Reconciling Judas: Evangelizing the Theologians

In this Crisis Magazine classic, Edward T. Oakes, S.J. looks at the troubling tendency of theologians to abandon the historic faith.     In 1968, a professor of theology at the University of Regensburg wrote a modestly sized treatise on the Apostles' Creed called Introduction to Christianity. Its impact, however, was anything but modest, for [...]

The King’s Anguish: Mistranslating the Holy Scriptures

In this Crisis Magazine classic, Anthony Esolen takes a discouraged but entertaining look at the lectionary.     "If any man," says the preacher, "can show just cause why they may not lawfully be joined together, let him now speak, or else hereafter forever hold his peace."   At that the door is flung open, [...]

A Portrait of Dietrich von Hildebrand

In this Crisis Magazine classic, Thomas Howard sketches the life and work of Dietrich von Hildebrand -- often considered a 20th century Doctor of the Church.    The name Dietrich von Hildebrand is not, perhaps, as well known as it should be among intelligent and literate Catholics -- or, for that matter, among Christians of [...]

Off the Rails: Was Vatican II Hijacked?

In this Crisis Magazine classic, James Hitchcock says that while the Second Vatican Council was itself orthodox, much of what followed was not. Here's why.     Most Catholics in 1959 probably didn't even know what an ecumenical council was. And yet, here it was. Pope John XXIII announced that the goals of the Second [...]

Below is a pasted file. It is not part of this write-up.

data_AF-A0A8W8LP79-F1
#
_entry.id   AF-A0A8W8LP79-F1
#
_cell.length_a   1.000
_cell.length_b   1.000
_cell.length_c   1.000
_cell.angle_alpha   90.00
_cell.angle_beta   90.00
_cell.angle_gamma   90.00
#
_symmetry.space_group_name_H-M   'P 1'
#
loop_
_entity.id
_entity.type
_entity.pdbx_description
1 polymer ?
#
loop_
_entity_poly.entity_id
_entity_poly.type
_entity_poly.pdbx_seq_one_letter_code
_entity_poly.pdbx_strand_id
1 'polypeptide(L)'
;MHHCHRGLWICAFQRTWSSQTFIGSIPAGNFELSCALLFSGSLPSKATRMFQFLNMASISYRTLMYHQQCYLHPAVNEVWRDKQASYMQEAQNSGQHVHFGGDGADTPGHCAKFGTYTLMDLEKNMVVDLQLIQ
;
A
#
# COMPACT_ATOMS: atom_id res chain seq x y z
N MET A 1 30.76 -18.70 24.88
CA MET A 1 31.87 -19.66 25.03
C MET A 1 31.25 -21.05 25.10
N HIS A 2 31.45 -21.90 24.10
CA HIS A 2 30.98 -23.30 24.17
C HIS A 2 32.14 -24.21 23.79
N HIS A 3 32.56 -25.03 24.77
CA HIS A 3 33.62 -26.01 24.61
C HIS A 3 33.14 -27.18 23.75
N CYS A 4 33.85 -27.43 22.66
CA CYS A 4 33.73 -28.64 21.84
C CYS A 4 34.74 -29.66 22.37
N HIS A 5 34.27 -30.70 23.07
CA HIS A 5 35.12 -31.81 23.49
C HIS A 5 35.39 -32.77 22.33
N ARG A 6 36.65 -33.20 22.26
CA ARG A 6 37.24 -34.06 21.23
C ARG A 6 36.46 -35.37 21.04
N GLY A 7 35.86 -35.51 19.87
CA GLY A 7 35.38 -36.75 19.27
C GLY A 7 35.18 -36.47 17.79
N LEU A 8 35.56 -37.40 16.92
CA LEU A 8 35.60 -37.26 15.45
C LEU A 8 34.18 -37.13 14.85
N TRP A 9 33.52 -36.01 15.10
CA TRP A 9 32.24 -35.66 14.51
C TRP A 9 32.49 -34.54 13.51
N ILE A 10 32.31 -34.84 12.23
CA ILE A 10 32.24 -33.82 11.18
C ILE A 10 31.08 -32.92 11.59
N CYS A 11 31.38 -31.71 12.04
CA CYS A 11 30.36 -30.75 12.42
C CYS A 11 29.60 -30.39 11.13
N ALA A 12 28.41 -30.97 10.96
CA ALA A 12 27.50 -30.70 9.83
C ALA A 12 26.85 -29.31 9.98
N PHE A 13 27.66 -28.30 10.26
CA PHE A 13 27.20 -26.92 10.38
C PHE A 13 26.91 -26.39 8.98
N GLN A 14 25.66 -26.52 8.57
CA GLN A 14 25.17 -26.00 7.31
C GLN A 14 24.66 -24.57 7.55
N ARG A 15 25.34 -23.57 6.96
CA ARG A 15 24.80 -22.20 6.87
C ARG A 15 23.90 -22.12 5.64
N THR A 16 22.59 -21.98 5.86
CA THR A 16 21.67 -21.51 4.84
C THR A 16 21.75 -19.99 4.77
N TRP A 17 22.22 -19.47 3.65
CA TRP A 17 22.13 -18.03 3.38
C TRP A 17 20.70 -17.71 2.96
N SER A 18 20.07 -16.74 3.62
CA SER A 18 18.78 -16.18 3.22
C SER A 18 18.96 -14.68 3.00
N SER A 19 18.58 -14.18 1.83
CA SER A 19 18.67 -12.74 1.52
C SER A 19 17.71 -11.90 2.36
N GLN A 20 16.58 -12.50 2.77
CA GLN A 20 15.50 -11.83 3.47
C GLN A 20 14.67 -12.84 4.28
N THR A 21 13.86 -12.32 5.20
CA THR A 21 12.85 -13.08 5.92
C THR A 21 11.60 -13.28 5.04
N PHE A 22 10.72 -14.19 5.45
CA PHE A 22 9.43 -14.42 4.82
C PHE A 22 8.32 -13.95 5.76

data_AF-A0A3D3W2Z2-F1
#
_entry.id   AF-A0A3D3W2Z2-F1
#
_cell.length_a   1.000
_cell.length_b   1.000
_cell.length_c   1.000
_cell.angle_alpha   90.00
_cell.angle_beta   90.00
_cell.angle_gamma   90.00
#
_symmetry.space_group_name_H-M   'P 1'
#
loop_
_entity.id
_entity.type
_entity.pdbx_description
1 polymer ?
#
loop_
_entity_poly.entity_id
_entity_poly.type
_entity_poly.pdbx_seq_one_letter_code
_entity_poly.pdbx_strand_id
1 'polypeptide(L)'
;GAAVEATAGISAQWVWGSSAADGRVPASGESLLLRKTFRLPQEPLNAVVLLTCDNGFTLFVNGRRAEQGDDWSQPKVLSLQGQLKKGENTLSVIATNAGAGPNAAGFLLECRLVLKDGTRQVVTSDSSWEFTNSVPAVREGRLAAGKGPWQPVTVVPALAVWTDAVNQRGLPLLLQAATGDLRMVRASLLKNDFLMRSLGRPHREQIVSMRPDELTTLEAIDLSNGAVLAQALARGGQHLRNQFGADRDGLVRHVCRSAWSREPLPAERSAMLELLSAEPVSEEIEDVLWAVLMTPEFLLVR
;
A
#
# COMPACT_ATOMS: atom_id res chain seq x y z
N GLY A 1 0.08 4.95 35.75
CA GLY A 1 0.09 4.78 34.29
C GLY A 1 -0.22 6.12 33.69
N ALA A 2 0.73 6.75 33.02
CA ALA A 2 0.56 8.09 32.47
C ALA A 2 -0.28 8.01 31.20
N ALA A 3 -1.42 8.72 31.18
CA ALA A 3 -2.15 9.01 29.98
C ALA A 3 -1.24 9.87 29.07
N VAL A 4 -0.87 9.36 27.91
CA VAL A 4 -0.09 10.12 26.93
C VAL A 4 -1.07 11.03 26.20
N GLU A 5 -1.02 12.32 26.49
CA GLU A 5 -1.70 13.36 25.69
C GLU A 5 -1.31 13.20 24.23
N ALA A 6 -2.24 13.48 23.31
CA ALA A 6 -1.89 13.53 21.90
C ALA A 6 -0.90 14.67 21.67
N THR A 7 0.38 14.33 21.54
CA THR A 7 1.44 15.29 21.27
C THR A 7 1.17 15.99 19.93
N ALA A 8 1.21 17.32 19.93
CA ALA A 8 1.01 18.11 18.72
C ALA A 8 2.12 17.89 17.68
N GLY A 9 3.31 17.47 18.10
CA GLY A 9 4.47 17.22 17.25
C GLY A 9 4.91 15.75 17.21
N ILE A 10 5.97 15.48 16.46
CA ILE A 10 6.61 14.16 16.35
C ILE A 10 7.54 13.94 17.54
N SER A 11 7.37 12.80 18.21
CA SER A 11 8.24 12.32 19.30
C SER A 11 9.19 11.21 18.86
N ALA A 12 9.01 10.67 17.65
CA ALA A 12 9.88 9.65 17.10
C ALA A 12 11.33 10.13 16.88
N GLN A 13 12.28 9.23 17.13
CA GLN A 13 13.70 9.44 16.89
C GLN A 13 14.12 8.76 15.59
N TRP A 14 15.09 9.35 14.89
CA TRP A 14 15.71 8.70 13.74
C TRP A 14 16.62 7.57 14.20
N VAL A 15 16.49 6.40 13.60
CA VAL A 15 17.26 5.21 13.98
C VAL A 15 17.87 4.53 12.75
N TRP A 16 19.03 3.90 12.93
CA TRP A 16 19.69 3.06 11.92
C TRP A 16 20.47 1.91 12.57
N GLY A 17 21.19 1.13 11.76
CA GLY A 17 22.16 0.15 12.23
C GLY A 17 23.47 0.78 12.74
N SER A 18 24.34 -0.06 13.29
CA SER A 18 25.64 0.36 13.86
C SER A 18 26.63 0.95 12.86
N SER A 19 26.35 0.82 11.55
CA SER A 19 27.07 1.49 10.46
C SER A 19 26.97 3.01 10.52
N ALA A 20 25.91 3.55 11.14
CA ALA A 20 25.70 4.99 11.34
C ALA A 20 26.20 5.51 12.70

When Abortion Kills Twice: The Abortion/ Breast Cancer Link

In this Crisis Magazine classic, Tom Hoopes reports on the link between abortion and breast cancer, and explains why mainstream medicine is ignoring the facts.     Janet Gail was used to looking at mammograms and finding bad news. As a hospital technician in Pennsylvania, that was her job. But she was unprepared for what [...]

Don’t Wear that Mini to Mass

In this Crisis Magazine classic, Benjamin Wiker says we have an obligation not to be unnecessarily distracting to others at Mass.     As I have not received nearly enough hate mail of late, I thought it best to write something else on modesty, this time modesty at Mass (see my first article, "Drawing a [...]

Over the Rails America

In this Crisis Magazine classic, Anthony Esolen says a forgotten tourist attraction in rural Pennsylvania can teach us much about the nation we once were, and what we have become.       On a dead-end stretch of what was once U.S. Route 22, in a small village with tacky-friendly billboards boasting "Genuine Dutch Cooking," [...]

Drawing a Hemline: Sexual Modesty and the Pursuit of Wisdom

In this Crisis Magazine classic, Benjamin Wiker almost gets lynched arguing for a return to sexual modesty in dress.     I have a suggestion for those in academia who are concerned that women be treated as intellectual equals: Try sexual modesty. Before the lynching party arrives, I hope I will have time to explain. [...]

On the Trail of the Ark

In this Crisis Magazine classic, Raymond Matthew Wray travels to a lonely corner of Ethiopia, where the Orthodox Church claims to have the "lost" Ark of the Covenant.     "He says you must go now," my translator told me. I looked from him to the official standing across from the old church ruins. "I [...]

The Death of Morality

In this Crisis Magazine classic, Benjamin Wiker says that the single greatest moral crisis we've ever faced is upon us now.     It is difficult to gain attention in an era that uses superlatives to describe dishwashing liquid and mayonnaise. Perhaps speaking simply and directly might prove such an oddity that words may again [...]